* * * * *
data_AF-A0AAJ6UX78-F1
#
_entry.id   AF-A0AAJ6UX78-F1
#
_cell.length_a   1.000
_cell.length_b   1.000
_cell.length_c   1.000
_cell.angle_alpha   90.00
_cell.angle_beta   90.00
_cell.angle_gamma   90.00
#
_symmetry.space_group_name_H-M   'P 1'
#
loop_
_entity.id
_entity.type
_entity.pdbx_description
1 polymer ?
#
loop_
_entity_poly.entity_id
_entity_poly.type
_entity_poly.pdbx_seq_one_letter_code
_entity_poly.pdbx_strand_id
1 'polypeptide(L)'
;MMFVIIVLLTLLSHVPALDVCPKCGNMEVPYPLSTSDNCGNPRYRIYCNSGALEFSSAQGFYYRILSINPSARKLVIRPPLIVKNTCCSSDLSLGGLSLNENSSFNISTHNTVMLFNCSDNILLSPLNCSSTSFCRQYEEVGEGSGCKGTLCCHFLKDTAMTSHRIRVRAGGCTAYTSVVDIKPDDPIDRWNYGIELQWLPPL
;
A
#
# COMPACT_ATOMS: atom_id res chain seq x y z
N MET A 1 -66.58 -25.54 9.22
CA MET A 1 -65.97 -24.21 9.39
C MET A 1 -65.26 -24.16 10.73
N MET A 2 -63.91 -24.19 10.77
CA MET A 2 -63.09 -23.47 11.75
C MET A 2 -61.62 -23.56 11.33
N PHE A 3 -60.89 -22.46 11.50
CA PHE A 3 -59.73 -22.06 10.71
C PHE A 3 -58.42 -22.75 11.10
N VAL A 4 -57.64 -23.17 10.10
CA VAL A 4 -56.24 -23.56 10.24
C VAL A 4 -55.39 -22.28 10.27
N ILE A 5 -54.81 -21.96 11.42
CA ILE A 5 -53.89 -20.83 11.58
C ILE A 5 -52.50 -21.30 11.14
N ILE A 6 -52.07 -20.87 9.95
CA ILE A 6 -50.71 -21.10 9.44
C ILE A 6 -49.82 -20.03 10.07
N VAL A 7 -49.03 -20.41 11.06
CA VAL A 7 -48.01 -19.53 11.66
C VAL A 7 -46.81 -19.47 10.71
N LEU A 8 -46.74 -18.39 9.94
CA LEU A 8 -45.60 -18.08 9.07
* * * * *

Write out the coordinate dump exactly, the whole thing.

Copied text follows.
data_AF-A0AAJ6UX78-F1
#
_entry.id   AF-A0AAJ6UX78-F1
#
_cell.length_a   1.000
_cell.length_b   1.000
_cell.length_c   1.000
_cell.angle_alpha   90.00
_cell.angle_beta   90.00
_cell.angle_gamma   90.00
#
_symmetry.space_group_name_H-M   'P 1'
#
loop_
_entity.id
_entity.type
_entity.pdbx_description
1 polymer ?
#
loop_
_entity_poly.entity_id
_entity_poly.type
_entity_poly.pdbx_seq_one_letter_code
_entity_poly.pdbx_strand_id
1 'polypeptide(L)'
;MMFVIIVLLTLLSHVPALDVCPKCGNMEVPYPLSTSDNCGNPRYRIYCNSGALEFSSAQGFYYRILSINPSARKLVIRPPLIVKNTCCSSDLSLGGLSLNENSSFNISTHNTVMLFNCSDNILLSPLNCSSTSFCRQYEEVGEGSGCKGTLCCHFLKDTAMTSHRIRVRAGGCTAYTSVVDIKPDDPIDRWNYGIELQWLPPL
;
A
#
# COMPACT_ATOMS: atom_id res chain seq x y z
N MET A 1 -66.58 -25.54 9.22
CA MET A 1 -65.97 -24.21 9.39
C MET A 1 -65.26 -24.16 10.73
N MET A 2 -63.91 -24.19 10.77
CA MET A 2 -63.09 -23.47 11.75
C MET A 2 -61.62 -23.56 11.33
N PHE A 3 -60.89 -22.46 11.50
CA PHE A 3 -59.73 -22.06 10.71
C PHE A 3 -58.42 -22.75 11.10
N VAL A 4 -57.64 -23.17 10.10
CA VAL A 4 -56.24 -23.56 10.24
C VAL A 4 -55.39 -22.28 10.27
N ILE A 5 -54.81 -21.96 11.42
CA ILE A 5 -53.89 -20.83 11.58
C ILE A 5 -52.50 -21.30 11.14
N ILE A 6 -52.07 -20.87 9.95
CA ILE A 6 -50.71 -21.10 9.44
C ILE A 6 -49.82 -20.03 10.07
N VAL A 7 -49.03 -20.41 11.06
CA VAL A 7 -48.01 -19.53 11.66
C VAL A 7 -46.81 -19.47 10.71
N LEU A 8 -46.74 -18.39 9.94
CA LEU A 8 -45.60 -18.08 9.07